Wednesday, August 22, 2012

List update

Hi! I made a list earlier; time for an update!
Whew! Just got the quilting done on my mini-quilt for the Dresden Challenge! I didn't think I'd get it all done tonight!

Second, during the grocery trip today, I was able to get another plastic drawer cart. It's for my sewing patterns. After lunch, I set it up and organized my other two carts and shared between all three. In the process, I discovered a few UFO's I forgot I had! Bonus! Anyway, now I have more room for notions and such (and more patterns)!

Tomorrow's agenda: trim excess batting/binding/square up, and make the binding. (challenge quilt)
Ok, off to bed; I'm tired!


Not much going on around here.
My son started kindergarten yesterday.....6 hours of school and 2 hours of bus ride back and forth. Gonna take some getting used to for all of us; not to mention that I have to get to bed earlier to get up earlier!
My main project right now: trying to get my EZ Dresden Challenge mini-quilt done. Nothing else sewing or quilting is going on until that gets done, since I've got a week and a half before submissions are due. I'm about halfway done machine quilting. And yes, the freemotion stuff is coming last. Quilting flames....yikes! But I've got to get over my fears because I've got two other quilts that I want to do background flames for, that aren't going in a maybe I should practice with those before doing my challenge quilt ?

In no particular order: ongoing projects:
1--skirt for sister-in-law
2--quilting and finishing the two mini firetruck quilts (does this count as two projects?)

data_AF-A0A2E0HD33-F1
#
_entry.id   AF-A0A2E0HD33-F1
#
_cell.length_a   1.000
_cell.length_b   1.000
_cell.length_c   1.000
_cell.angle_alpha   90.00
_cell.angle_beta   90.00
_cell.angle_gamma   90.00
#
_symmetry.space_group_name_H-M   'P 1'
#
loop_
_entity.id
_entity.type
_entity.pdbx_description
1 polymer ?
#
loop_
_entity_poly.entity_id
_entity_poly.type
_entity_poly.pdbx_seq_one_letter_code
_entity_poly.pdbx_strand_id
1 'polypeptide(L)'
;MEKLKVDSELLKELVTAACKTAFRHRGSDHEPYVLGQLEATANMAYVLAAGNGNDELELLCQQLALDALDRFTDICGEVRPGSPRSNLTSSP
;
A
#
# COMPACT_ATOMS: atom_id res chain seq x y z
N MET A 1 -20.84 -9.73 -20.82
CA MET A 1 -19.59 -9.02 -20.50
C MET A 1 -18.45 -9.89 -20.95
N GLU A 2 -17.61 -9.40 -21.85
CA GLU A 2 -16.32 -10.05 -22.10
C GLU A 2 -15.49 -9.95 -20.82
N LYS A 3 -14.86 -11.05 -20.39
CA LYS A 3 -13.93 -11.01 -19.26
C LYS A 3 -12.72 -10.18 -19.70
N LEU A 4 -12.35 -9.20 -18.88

3--Patriotic sampler quilt: 25 blocks done out of 42.

Organizing wants and needs:
1-a plastic drawer cart for overflowing sewing patterns
2--a plastic file drawer cart for overflowing files and quilting stencils
3--stackable drawers for fat quarters or small pieces
4--more mini-bolt-like organizers I got mine at Clotilde, just to see if I like them. I do! I just need more. My problem with my stash is that it's mostly pieces, and mostly clothing-type fabric, not quilting fabric.
5--bobbin storage...need to keep quilting thread bobbins separate from everyday thread. I'm trying to transition from Coats and Clark to Gutermann and Metrosene.

Friday, August 17, 2012

Fabric line for Autism

I'm tearing up with joy and love and oohs and ahhs right now, upon viewing a new fabric line:
"Pieces of Hope Cottons" by Riley Blake Designs. I just found a post on my Facebook from Fat Quarter Shop and I had to find the Riley Blake website to find the story behind the fabric line. Because, if anything, stories are what bring our quilts to life. This fabric line was inspired by the family of a Riley Blake employee. Imagine my surprise when Riley Blake Designs is from Utah, too!
And this beautiful fabric line is featured on their front page slide show!
I think this is a beautiful collection. It's bright, cheerful, and colorful, without being overwhelming or too loud. People with Autism have difficulty processing all sorts of sensory things that typical children can handle....including visual, auditory (what they hear), and textures (food, touch, motor skills), and social cues. People with Autism get overwhelmed easily because their brains cannot process fast enough nor make connections well. So I think this fabric could make such a beautiful quilt or pillow, similar to those pictured on the Riley Blake website, for an autistic child. Heck, I've got some ideas already!

For those of you who don't know, the puzzle piece (especially in blue) is the logo of Autism Speaks, the organization for Autism Awareness and research. Because so much of autism is a puzzle, and autism itself is so varied, just as every child is varied and unique. We still don't know what causes Autism or much about it. And "hope" is appropriate, to me, because as parents, we all have so much hope and so many dreams for our children, and we're struggling to hold onto hope with Autism. We wonder if our children will ever have a normal, functional and happy life, that so many other people take for granted.